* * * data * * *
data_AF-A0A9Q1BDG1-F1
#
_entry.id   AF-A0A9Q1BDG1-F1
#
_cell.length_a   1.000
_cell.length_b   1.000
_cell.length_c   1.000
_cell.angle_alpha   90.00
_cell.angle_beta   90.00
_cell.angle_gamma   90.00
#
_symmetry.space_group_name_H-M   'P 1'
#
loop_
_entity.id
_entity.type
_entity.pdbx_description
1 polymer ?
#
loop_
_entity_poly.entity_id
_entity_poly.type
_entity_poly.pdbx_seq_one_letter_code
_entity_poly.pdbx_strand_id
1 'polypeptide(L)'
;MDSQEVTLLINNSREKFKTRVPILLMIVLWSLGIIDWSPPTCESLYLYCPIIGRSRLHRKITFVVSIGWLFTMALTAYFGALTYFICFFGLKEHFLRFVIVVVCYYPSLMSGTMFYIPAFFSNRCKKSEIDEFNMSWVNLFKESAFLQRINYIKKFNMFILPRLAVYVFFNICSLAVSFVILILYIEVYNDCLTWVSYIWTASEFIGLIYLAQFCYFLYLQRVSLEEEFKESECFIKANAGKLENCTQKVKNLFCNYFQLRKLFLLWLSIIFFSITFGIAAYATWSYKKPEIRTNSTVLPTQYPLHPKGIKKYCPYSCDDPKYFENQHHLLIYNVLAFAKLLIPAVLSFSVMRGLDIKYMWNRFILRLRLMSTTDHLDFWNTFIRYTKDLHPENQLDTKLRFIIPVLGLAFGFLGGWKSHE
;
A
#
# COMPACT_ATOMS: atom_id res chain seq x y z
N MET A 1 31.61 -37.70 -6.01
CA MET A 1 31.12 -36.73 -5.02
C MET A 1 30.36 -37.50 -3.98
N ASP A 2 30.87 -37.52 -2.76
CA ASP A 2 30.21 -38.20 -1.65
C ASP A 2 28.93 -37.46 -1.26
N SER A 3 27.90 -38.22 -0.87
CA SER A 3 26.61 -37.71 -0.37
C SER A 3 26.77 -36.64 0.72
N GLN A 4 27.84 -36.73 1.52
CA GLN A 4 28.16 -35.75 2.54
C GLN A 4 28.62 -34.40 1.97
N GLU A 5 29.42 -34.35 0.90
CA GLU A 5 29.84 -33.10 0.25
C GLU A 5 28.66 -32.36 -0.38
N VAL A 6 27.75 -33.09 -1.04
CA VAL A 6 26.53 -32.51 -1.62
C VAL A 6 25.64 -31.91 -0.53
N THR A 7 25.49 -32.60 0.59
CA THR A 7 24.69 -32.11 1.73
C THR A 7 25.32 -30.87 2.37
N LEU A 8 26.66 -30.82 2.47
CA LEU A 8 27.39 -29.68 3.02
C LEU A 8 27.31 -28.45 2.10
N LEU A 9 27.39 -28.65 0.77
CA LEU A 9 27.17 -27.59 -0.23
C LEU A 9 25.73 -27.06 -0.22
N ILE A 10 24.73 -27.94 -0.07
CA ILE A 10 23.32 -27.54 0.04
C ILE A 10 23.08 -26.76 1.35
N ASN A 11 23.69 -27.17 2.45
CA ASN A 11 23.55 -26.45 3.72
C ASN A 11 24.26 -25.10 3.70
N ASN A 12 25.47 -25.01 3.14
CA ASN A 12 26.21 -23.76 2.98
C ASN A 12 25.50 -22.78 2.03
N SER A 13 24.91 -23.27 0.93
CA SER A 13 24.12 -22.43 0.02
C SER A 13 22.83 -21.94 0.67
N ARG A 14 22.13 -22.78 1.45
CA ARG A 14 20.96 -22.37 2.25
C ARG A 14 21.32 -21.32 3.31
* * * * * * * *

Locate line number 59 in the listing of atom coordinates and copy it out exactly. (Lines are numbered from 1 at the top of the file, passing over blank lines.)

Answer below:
CA ILE A 10 23.32 -27.54 0.04